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ORIGINAL ARTICLE
Year : 2020  |  Volume : 9  |  Issue : 1  |  Page : 115-118

Prevalence and correlates of Attention Deficit Hyperactive Disorder (ADHD) risk factors among school children in a rural area of North India


1 Department of Community Medicine, GMC, Jammu, Jammu and Kashmir, India
2 Department of Psychiatry, GMC, Jammu, Jammu and Kashmir, India
3 Department of Community Medicine, ASCOMS, Sidhra, Jammu, Jammu and Kashmir, India
4 Department of Community Medicine, Dr. RP Govt. Medical College, Tanda, Himachal Pradesh, India

Correspondence Address:
Dr. Rajiv K Gupta
epartment of Community Medicine, GMC, Jammu, Jammu and Kashmir
India
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Source of Support: None, Conflict of Interest: None


DOI: 10.4103/jfmpc.jfmpc_587_19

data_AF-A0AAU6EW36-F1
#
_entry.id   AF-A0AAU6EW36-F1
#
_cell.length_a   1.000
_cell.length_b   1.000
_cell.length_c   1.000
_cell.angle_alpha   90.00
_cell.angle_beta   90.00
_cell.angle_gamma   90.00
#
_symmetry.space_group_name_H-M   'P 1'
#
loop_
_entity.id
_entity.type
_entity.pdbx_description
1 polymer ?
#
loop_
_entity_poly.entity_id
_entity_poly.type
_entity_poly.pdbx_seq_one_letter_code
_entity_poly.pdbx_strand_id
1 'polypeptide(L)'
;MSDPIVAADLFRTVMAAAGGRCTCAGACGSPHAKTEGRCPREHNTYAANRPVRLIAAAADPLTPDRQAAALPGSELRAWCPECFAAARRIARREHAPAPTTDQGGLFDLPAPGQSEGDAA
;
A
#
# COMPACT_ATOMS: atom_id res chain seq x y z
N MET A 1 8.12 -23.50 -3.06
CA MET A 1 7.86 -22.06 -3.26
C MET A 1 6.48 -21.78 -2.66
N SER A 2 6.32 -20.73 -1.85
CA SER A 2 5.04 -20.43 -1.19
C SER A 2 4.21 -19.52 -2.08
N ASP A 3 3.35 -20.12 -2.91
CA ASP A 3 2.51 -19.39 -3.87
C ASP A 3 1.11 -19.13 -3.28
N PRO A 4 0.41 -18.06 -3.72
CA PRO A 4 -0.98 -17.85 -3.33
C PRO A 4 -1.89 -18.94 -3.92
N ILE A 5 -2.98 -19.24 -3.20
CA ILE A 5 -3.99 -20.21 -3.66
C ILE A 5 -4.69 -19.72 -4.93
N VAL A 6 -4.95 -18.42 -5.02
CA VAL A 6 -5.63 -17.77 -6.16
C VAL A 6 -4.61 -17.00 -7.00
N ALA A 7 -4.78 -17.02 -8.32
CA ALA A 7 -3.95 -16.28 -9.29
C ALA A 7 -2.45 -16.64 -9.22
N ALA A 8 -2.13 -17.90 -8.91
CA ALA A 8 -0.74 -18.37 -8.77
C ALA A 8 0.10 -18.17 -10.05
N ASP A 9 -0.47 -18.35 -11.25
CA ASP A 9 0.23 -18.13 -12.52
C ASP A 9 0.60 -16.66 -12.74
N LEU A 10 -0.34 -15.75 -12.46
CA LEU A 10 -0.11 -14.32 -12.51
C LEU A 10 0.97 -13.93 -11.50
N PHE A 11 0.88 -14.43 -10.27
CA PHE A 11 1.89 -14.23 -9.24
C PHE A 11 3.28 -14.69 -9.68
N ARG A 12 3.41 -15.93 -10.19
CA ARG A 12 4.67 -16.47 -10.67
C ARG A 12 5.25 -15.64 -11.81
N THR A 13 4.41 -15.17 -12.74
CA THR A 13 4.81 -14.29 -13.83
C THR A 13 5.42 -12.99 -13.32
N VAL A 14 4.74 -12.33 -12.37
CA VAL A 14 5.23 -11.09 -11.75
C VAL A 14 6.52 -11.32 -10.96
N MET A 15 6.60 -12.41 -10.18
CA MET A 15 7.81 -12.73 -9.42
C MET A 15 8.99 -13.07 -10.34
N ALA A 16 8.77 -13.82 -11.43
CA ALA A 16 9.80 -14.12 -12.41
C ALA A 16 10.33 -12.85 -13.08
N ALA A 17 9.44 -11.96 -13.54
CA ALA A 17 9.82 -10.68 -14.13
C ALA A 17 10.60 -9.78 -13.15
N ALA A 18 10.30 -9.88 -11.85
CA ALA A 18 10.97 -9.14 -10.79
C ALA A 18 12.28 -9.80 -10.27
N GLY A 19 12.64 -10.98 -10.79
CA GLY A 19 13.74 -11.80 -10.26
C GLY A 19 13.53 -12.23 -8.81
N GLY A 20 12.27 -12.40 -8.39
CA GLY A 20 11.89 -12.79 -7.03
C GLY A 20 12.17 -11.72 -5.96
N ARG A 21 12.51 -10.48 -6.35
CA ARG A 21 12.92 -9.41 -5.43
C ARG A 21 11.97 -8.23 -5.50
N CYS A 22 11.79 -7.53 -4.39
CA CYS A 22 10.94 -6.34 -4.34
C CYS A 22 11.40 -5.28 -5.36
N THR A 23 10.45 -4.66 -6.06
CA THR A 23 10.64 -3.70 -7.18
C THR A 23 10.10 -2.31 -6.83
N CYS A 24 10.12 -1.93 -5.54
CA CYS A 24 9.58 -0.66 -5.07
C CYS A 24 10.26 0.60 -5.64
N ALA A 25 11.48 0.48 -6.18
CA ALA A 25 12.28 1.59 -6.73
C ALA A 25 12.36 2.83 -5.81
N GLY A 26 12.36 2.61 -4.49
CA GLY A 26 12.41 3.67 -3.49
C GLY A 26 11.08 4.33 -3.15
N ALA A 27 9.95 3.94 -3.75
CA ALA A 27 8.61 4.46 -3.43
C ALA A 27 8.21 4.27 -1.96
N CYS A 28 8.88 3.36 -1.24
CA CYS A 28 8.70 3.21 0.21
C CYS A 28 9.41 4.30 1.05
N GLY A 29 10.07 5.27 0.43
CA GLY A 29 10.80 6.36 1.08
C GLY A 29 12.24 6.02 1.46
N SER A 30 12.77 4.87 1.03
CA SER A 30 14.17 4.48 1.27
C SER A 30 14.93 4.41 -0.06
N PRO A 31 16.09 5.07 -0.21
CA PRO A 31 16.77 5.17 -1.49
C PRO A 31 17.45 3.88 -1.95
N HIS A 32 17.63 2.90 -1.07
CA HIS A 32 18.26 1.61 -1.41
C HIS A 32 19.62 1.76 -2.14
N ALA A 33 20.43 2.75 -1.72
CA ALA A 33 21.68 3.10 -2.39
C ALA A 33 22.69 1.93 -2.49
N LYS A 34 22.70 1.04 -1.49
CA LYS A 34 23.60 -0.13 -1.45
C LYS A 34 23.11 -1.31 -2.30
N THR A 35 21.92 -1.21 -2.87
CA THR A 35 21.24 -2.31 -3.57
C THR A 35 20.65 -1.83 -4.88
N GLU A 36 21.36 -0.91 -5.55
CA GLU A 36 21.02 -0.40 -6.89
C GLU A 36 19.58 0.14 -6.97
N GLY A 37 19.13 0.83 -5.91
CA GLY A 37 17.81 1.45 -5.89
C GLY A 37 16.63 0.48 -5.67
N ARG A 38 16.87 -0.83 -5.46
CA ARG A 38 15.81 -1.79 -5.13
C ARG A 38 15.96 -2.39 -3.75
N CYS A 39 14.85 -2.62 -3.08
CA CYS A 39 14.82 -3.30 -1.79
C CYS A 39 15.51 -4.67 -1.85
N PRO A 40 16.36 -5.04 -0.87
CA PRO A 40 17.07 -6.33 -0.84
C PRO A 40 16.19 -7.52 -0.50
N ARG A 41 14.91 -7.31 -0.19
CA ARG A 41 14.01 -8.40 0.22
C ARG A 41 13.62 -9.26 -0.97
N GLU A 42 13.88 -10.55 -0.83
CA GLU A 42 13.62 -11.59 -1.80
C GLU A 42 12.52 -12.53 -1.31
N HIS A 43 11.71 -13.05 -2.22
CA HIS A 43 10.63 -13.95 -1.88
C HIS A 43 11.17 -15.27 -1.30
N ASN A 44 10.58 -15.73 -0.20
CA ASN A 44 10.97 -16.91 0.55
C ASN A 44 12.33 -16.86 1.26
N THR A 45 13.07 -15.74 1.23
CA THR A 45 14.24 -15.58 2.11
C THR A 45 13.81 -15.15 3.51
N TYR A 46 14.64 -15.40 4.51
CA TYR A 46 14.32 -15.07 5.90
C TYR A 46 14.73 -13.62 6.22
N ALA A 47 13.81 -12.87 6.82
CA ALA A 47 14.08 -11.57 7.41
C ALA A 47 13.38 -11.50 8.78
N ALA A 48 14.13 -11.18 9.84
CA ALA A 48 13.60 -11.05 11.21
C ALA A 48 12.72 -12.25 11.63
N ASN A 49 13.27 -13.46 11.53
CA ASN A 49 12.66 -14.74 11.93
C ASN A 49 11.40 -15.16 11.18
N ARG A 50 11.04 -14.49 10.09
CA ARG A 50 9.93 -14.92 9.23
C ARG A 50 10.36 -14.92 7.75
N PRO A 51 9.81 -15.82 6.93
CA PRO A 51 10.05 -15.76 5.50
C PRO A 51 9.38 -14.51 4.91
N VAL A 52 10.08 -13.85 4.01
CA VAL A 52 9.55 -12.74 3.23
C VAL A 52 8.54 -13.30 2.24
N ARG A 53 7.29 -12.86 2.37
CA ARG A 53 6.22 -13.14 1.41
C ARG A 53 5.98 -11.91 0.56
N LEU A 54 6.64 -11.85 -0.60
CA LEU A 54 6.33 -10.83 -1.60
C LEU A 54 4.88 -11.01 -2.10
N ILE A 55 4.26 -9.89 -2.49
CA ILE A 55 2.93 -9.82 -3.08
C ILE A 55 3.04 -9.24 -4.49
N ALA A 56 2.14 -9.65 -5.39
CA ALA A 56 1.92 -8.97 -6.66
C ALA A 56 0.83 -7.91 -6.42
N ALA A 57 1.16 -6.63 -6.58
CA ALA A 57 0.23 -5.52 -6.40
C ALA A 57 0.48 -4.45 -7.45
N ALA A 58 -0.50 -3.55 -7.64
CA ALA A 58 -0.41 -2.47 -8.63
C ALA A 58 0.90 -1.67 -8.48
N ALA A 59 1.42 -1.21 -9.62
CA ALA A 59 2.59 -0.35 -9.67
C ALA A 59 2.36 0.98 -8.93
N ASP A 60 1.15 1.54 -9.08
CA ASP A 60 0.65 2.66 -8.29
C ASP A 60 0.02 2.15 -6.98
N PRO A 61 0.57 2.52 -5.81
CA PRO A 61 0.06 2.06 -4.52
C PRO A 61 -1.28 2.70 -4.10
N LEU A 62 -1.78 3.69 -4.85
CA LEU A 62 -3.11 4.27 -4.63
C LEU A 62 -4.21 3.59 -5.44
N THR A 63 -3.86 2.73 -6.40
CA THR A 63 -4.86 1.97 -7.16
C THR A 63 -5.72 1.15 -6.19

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Background: Attention-deficit hyperactive disorder (ADHD) is one of the most common neurodevelopmental disorders of childhood and has the potential for continuity into adolescence and adulthood. Its presence increases difficulties in academic performance and social interactions besides leading to low self-esteem. The present study aimed to determine the prevalence of ADHD among children of age 6–12 years in Government schools of a rural area in Jammu district of J and K. Methods: The present study was conducted in R.S. Pura block of Jammu district. Miran Sahib zone of R.S Pura block was chosen randomly and all the government primary schools in this zone were included in the survey. The presence of ADHD was assessed using Vanderbilt ADHD diagnostic teacher rating scale. The children positive for ADHD were visited at their residential places and a personal information questionnaire (PIQ) was administered to their parents—preferably the mother. The data thus collected was presented as proportions. Results: ADHD prevalence was found to be 6.34% (13/205). Majority (69.3%) of the ADHD-positive children were living in a joint family and belonged to lower/lower middle class. Family history of ADHD was absent in all the ADHD-positive children. Conclusion: The current study conducted in a rural area among 6- to 12-year-old children of Government schools has shown a reasonably high ADHD prevalence of 6.34%.


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